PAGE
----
August 11, 2011

Going to the Bank in South Africa

I had some Euros from a recent trip to Germany to put into our South African account, so I thought I'd swing by the bank quickly on my round of errands. But of course I should have known better. Afterwards, I wasn't sure if I'd just bought a house.

Documents I needed:
  • 2-page form filled in with all my details
  • my passport with the visa page (at least by now I know to bring that with me on such occasions)
  • affidavit that I don't own any foreign assets that I'm planning to sell here (?)

Time I spent:
  • 30 minutes

It was mostly spent watching the guy retyping the entire form I completed, copying my passport - by now our bank must have at least 25 copies of it floating around - printing out a series of receipts and then energetically stamping all of them before filing everything away and handing me my own copy.

And the fee was horrendous. It  now occurs to me that I should have held on to those Euros. They always come in handy when paying equally horrendous visa fees in other African countries. Oh well.


Miss Footloose | Life in the Expat Lane said...

Always love reading a story like that because it is so familiar. Sorry ;) Just think about how many mouths are being fed by all that work generated by that transaction.

Euros are so handy if you do any traveling at all, even just for airport food or layovers on your way back to the US. Just hang on to them. said...

I can't believe the bank actually CHARGES you to deposit cash here. And also to withdraw money when you get it from the bank teller rather than the ATM. I mean, I know you were depositing forex so maybe that should cost something (although not the horrendous fee you had to pay). But charging to deposit rand just seems downright ridiculous.

Stephanie said...

Don't even get me started about bank fees here. Drives me absolutely nuts every month. The only thing that kind of makes me happy is that all the money I spend at Pick N Pay comes back to me in my account and about covers the monthly service charge. Totally agree about the charging to get cash. Can't quite believe it.

Jozie Days said...

Hi Sine, we were lucky when we came to SA. I went to Standard Bank and they were very unhelpful ( like most of the banks in SA) They gave me piles of forms to fill in and were generally difficult. The thought of opening an account filled me with dread and despair. Then one of my husbands work mates told us about Investec. They are brilliant. They deliver our foreign currency for holidays and business trips. They deliver credit cards, petrol cards etc. We have a personal banker who is exclusively assigned to us, she sorts out any problems. We have a reasonable monthly bank charges fee. You can draw cash from any ATM without being charged. The only down side is that they don't have cheque books (which is actually a positive for me as I hate trying to balance my cheque book). They do not have any retail outlets - but deposits can be made at ABSA.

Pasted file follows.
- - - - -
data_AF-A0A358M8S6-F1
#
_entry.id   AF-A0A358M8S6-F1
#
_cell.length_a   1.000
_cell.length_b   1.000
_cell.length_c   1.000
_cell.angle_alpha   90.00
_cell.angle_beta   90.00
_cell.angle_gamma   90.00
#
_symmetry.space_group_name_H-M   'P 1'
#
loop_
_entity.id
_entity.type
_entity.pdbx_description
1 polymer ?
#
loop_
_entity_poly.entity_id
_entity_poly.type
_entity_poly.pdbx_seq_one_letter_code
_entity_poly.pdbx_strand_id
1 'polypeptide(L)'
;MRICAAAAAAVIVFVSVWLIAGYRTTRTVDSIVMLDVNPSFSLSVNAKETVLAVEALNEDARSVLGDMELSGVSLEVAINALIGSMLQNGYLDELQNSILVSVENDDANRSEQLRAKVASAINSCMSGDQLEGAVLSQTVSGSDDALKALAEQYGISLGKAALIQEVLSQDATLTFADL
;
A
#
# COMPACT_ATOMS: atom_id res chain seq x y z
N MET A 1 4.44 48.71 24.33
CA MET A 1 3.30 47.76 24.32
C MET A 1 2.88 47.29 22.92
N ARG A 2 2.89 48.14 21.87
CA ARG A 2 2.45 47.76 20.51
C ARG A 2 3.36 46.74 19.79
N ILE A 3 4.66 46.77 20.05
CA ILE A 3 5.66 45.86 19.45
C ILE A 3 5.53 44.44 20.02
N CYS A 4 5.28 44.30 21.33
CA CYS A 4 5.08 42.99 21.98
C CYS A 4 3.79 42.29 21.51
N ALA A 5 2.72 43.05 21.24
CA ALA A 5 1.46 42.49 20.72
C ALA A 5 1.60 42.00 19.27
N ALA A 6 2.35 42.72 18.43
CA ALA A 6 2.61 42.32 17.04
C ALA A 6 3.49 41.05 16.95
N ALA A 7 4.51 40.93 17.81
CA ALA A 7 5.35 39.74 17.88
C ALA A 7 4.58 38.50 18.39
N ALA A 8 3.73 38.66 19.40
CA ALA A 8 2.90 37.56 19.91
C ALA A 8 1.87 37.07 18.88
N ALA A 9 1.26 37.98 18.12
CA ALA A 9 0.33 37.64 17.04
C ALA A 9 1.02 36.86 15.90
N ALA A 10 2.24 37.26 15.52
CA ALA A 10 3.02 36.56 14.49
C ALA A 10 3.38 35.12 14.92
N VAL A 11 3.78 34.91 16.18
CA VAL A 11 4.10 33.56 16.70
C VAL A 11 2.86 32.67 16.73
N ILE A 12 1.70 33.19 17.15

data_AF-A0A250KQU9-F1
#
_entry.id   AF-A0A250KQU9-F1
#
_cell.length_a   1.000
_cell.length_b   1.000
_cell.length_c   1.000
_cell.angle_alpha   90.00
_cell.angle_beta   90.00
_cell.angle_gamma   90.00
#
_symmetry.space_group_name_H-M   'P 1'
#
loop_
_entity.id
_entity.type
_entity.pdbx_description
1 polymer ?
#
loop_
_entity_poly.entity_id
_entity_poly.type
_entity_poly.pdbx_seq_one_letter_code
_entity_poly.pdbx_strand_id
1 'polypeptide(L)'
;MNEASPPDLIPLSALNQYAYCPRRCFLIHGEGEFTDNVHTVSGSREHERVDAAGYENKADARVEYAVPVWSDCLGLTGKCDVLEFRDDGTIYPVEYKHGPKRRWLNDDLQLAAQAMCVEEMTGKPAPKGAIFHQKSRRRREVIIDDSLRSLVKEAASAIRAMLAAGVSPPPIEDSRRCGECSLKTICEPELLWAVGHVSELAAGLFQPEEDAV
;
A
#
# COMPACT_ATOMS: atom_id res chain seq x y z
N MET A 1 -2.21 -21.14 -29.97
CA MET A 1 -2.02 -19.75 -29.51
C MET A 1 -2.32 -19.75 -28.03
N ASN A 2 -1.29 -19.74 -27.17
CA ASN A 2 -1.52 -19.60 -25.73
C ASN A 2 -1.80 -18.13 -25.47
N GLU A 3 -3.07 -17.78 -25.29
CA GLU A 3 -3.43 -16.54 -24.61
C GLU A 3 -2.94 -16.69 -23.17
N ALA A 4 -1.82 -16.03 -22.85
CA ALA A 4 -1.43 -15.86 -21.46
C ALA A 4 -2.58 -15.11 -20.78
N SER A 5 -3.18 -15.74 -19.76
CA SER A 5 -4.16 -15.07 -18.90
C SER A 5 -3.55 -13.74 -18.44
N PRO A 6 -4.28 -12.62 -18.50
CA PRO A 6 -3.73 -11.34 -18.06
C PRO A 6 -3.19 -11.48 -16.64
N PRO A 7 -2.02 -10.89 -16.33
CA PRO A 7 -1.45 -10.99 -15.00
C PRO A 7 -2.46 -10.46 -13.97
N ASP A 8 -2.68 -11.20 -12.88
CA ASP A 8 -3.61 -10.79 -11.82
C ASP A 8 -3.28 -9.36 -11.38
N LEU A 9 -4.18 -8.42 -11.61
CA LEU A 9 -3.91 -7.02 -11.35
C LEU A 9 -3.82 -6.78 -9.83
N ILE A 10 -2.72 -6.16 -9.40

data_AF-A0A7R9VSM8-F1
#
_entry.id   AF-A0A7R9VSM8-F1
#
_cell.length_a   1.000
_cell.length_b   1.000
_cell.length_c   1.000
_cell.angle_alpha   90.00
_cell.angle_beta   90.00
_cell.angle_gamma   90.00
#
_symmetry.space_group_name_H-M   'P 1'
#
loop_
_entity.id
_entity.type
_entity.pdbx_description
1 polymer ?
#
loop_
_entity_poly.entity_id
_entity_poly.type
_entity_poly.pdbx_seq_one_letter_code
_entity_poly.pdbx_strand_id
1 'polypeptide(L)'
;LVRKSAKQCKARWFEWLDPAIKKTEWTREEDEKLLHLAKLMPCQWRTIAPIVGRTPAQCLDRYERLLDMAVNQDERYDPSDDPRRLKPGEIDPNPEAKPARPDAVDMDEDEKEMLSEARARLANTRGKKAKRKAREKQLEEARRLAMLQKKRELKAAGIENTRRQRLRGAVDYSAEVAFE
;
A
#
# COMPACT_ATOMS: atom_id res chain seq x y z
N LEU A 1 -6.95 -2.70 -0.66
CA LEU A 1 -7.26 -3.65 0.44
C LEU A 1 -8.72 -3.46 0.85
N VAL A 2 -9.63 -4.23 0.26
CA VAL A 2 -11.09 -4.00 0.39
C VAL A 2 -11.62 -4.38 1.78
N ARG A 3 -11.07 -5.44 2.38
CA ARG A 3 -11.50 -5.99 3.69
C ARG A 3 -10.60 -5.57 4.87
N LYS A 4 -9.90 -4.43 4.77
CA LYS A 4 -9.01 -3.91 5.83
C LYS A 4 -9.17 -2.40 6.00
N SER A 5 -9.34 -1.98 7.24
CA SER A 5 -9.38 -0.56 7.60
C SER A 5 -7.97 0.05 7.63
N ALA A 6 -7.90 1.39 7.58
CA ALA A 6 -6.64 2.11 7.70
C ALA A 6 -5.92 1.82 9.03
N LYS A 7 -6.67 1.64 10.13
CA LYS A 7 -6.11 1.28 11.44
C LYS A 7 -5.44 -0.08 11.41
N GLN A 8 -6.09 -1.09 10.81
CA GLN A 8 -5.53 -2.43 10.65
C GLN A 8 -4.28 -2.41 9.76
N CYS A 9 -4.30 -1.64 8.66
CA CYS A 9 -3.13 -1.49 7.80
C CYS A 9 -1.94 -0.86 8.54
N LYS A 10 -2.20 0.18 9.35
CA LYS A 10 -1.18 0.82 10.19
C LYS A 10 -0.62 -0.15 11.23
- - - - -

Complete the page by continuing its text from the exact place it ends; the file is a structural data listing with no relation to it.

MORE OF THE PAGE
Sine said...

Wow, now that sounds almost too good to be true and exactly what we should have gotten when moving here. I'll have to put your comment up as a post for future expats (if you don't mind)!

Jozie Days said...

Yes, please feel free to put this comment up :)

Emiko said...

Hello All! Here is just a comment on how to transfer money from SA to other countries (specifically USA, but I'm sure some stuff applies if sending elsewhere).

If you want to wire money to an actual person, you can use money gram or western union. If you want to send money to a US bank account, I don't think you can use these services and you will have to do it through a bank.
Fees: The fees are pretty much the same at all banks (~R200) The part that really killed me was the exchange rate. I tracked the rate from different banks and there are pretty similar and some do better than others depending on the day. I use as a reference.
What you need: US banks address, SWIFT code and BIC code. US account holders address and account number. And the usual passport/work contract/proof of residence (not sure if you need all of this, but i carry it all anyway). The tricky thing for me is that my US bank doesnt have a BIC code. The key is to use the routing number instead. All US banks have a routing number. Swift code is 8 or 11 characters made up of:
4 letters: Institution Code or bank code.
2 letters: ISO 3166-1 alpha-2 country code
2 letters or digits: location code
3 letters or digits: branch code, optional ('XXX' for primary office)
Example: I bank with FNB. For the Foreign Bank/Swift Institution (BIC Code) use the SWIFT CODE and for the Recipient Branch Code use the ROUTING NUMBER.

If it is your first transfer, be prepared to wait a few days. Mine had to get sent to the head office, but once the cleared whatever they needed to clear, the transfer was in my US account same day!

Sine said...

Emiko, thanks for the detailed instructions! It is very helpful to know which exact code and number you need, I remember always being confused between routing number and SWIFT code and then your money can sit in the "netherworld" of banking forever if you get it wrong!

W. A. Jeffrey said...

I was going to mention Investec too but the other poster beat me to it. Investec is one of three banks that Intergate Immigration partners with to provide a variety of financial services. They (Intergate) even have their own company called Incompass that in a joint venture with Investec offers a high interest account for those with R250,000 or more. The neat feature of this account is that it can be set up before you leave your home country.